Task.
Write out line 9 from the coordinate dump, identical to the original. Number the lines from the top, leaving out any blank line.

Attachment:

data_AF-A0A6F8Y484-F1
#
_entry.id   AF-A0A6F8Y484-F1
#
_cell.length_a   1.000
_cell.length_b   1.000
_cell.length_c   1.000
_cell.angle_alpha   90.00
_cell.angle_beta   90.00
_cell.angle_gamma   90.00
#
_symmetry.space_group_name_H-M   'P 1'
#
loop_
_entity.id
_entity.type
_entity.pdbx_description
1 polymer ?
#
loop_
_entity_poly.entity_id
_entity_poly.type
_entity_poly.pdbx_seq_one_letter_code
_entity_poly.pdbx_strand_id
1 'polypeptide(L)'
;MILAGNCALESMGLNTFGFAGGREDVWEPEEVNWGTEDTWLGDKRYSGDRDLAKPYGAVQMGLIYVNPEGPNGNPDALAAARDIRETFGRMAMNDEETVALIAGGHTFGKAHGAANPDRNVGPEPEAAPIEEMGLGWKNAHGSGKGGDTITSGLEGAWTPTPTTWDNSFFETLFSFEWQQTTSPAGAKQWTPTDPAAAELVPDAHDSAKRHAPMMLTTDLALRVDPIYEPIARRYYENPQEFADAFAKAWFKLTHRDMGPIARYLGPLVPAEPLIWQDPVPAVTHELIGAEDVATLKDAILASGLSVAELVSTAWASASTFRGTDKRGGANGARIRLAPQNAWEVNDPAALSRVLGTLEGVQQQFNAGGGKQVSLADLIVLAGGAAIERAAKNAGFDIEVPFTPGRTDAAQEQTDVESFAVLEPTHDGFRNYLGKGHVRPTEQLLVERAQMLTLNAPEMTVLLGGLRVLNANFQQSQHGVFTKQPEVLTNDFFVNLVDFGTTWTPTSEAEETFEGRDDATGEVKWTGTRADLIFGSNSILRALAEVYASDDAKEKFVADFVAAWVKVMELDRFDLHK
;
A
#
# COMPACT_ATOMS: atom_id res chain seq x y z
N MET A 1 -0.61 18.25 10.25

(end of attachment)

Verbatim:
_cell.angle_beta   90.00